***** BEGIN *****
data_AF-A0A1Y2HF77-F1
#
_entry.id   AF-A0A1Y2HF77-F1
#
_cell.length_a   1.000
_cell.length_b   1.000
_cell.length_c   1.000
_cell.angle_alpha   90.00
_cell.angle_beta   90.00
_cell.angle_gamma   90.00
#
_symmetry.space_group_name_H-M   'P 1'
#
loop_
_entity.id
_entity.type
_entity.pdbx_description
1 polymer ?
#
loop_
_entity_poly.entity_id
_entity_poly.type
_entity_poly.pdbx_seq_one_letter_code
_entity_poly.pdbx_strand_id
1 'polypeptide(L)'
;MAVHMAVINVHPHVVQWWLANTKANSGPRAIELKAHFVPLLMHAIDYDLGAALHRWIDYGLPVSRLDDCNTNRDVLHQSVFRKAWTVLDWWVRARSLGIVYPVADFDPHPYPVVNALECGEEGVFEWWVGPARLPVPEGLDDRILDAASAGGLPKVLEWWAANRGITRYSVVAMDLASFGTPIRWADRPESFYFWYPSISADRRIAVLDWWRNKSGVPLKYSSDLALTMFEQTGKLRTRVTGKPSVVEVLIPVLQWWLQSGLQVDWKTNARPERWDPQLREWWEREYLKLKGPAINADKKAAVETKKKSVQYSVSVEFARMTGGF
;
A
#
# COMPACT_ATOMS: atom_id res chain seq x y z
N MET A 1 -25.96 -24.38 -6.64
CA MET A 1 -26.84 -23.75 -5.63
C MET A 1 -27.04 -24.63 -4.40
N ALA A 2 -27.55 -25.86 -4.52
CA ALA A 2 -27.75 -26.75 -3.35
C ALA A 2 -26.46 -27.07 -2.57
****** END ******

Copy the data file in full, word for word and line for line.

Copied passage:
data_AF-A0A1Y2HF77-F1
#
_entry.id   AF-A0A1Y2HF77-F1
#
_cell.length_a   1.000
_cell.length_b   1.000
_cell.length_c   1.000
_cell.angle_alpha   90.00
_cell.angle_beta   90.00
_cell.angle_gamma   90.00
#
_symmetry.space_group_name_H-M   'P 1'
#
loop_
_entity.id
_entity.type
_entity.pdbx_description
1 polymer ?
#
loop_
_entity_poly.entity_id
_entity_poly.type
_entity_poly.pdbx_seq_one_letter_code
_entity_poly.pdbx_strand_id
1 'polypeptide(L)'
;MAVHMAVINVHPHVVQWWLANTKANSGPRAIELKAHFVPLLMHAIDYDLGAALHRWIDYGLPVSRLDDCNTNRDVLHQSVFRKAWTVLDWWVRARSLGIVYPVADFDPHPYPVVNALECGEEGVFEWWVGPARLPVPEGLDDRILDAASAGGLPKVLEWWAANRGITRYSVVAMDLASFGTPIRWADRPESFYFWYPSISADRRIAVLDWWRNKSGVPLKYSSDLALTMFEQTGKLRTRVTGKPSVVEVLIPVLQWWLQSGLQVDWKTNARPERWDPQLREWWEREYLKLKGPAINADKKAAVETKKKSVQYSVSVEFARMTGGF
;
A
#
# COMPACT_ATOMS: atom_id res chain seq x y z
N MET A 1 -25.96 -24.38 -6.64
CA MET A 1 -26.84 -23.75 -5.63
C MET A 1 -27.04 -24.63 -4.40
N ALA A 2 -27.55 -25.86 -4.52
CA ALA A 2 -27.75 -26.75 -3.35
C ALA A 2 -26.46 -27.07 -2.57